In a conversation with a European or American Catholic, if the words Opus Dei, or the Masons are mentioned, reactions can be mixed: outright dislike, grudging admiration, or bewilderment – which of these depends on general knowledge or lack of it. Spanish and French Catholics despise the Masonic movement because of its history of involvement in politics – usually negative or presumptuous – but British Catholics (if they could give a damn) usually know that British Masons are not plotters but business people anxious to improve their own and others’ commercial possibilities, and give alarmingly large donations to Masonic Foundations such as hospitals and schools. The same is repeated in America, where Catholics loathe Masons, and Anglo-Saxon Protestants admire them.
Opus Dei, notwithstanding, is another kettle of fish. European Catholics either despise the Opus or subscribe to it. Admiration does not necessarily mean that Opus-loving Catholics are super-religious. It merely means they take their religion, its dogma, rituals and anomalies very seriously.
Opus Dei or ‘The Work of God’ was founded within the Roman Catholic Church in 1928 by the priest José María Escrivá de Balaguer. There are more than 100,000 members worldwide, but few of are priests. It is lay people who are most attracted by the The Work of God. Lay members are encouraged to continue their profession and retain any social position they may have. In Spain the latter is likely to be eminent.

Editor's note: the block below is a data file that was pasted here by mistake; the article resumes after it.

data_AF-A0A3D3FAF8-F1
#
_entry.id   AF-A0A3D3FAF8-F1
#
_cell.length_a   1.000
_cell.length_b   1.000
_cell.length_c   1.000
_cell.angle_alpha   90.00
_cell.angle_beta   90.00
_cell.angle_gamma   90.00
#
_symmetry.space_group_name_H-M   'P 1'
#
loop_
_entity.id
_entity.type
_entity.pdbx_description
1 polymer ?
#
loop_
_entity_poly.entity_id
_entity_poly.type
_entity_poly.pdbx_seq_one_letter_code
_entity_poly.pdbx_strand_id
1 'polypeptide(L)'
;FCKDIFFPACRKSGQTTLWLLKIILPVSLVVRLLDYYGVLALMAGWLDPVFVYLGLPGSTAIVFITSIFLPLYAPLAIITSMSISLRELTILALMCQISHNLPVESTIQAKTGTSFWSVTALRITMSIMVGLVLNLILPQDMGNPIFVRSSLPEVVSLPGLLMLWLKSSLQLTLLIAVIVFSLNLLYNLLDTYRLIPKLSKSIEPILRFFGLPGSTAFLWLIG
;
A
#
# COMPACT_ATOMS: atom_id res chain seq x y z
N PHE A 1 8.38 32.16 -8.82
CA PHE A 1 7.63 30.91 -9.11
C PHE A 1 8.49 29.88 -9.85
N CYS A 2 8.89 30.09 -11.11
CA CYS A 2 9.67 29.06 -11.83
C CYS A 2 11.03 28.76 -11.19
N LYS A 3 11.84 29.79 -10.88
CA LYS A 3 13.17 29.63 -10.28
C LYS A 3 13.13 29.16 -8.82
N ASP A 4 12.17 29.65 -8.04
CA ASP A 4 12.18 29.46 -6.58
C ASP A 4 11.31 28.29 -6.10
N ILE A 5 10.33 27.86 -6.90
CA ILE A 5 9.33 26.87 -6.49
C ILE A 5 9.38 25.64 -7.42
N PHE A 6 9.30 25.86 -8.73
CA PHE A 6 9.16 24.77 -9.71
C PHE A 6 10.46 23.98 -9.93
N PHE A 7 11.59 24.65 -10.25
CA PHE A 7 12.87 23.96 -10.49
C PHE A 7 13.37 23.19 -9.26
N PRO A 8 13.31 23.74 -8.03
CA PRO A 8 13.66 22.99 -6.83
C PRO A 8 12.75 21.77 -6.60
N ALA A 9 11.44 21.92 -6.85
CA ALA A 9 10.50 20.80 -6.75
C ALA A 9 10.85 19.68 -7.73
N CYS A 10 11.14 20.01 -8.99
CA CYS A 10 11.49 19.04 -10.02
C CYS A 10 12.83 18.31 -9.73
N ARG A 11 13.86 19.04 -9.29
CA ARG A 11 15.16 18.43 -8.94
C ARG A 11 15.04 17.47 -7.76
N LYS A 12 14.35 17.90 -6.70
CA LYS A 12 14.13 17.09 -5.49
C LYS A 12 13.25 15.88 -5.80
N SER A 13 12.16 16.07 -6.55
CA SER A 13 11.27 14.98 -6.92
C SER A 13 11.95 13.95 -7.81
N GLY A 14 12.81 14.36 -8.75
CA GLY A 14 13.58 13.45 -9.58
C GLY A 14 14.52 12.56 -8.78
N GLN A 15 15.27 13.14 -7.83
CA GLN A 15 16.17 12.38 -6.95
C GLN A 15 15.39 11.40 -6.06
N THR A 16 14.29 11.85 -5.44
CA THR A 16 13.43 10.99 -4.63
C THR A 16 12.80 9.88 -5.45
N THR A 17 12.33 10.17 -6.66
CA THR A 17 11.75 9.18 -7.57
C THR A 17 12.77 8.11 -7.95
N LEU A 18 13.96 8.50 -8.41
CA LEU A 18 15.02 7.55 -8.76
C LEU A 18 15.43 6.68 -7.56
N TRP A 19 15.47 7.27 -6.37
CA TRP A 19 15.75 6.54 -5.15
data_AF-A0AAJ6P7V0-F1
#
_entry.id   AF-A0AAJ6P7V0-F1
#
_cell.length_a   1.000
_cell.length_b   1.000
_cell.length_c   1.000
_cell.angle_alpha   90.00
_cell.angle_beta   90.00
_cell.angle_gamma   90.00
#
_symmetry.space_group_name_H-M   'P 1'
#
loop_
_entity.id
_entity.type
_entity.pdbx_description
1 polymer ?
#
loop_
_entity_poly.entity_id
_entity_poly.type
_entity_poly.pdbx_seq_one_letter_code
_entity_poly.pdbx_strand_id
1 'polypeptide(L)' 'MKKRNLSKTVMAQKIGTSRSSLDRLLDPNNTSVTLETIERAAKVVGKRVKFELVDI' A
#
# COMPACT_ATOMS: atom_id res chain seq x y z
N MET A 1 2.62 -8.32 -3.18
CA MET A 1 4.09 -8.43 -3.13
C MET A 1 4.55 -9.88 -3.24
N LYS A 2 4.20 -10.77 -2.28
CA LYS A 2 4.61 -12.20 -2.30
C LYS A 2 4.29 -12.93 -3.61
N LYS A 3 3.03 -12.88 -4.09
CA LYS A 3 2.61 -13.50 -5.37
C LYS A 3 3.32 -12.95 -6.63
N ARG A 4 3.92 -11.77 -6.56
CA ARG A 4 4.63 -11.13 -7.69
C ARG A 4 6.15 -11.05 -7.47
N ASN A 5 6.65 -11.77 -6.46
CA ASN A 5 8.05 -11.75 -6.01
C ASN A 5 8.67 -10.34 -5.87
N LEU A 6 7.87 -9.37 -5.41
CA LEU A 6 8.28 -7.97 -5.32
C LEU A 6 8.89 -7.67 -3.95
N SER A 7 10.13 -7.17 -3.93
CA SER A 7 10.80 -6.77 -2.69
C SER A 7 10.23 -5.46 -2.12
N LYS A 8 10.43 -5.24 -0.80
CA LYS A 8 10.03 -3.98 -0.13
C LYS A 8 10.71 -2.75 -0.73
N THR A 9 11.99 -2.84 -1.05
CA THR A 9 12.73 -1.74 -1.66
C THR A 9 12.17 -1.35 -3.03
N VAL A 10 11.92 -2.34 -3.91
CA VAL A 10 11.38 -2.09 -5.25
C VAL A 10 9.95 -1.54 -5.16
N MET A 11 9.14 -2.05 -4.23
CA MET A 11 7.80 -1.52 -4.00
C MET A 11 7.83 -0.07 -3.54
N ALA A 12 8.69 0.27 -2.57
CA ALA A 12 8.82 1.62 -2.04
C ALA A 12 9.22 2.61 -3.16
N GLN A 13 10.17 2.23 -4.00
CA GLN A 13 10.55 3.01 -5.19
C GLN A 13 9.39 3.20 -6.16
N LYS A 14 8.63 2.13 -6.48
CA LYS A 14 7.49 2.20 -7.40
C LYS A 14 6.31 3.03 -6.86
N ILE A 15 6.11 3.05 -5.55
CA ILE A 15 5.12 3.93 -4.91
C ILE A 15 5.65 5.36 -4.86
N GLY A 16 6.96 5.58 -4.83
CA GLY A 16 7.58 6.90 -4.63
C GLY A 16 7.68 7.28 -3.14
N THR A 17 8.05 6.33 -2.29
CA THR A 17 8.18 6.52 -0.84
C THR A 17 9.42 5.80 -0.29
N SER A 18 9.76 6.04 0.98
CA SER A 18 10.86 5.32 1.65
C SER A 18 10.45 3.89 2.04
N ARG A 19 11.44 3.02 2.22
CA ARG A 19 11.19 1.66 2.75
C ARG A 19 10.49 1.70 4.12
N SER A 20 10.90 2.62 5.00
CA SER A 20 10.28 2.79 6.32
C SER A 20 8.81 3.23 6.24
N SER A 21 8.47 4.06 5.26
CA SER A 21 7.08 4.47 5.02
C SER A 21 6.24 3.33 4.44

The organisation was naturally most active during the rule of General Franco (1939 – 75), but it by no means expired with him. It exercises a considerable but controversial influence on public affairs. Like the Masonic movement, the Opus has founded, and manages a number of educational establishments, including private schools and the Universities of Pamplona and Navarra.
The sexes are segregated, an important part of the ethos, for Opus Dei places emphasis on the austere and conservative aspects of Catholic Christianity. Members follow a stunning range of ascetic practices, including the much criticised ‘mortification’ which definitely includes self-flagellation. This is the kind of thing that fascinates (and repels) the Press. Celibacy is encouraged, and boys going to Opus schools must expect severity.
Recruiting is strongly encouraged and well-organised, and membership grows substantially every year, but the movement has been criticised since its inception, not least by members of the Roman Catholic community principally for secrecy and authoritarianism. The late Pope John Paul II might not have been openly a member of the movement, but he supported and encouraged it: He made the founder a saint in 1992, much to the chagrin of many Catholics worldwide.
Like Masonry, Opus Dei in modern times is a power for good, but neither movement can avoid large-scale unpopularity, despite their schools, hospitals and universities.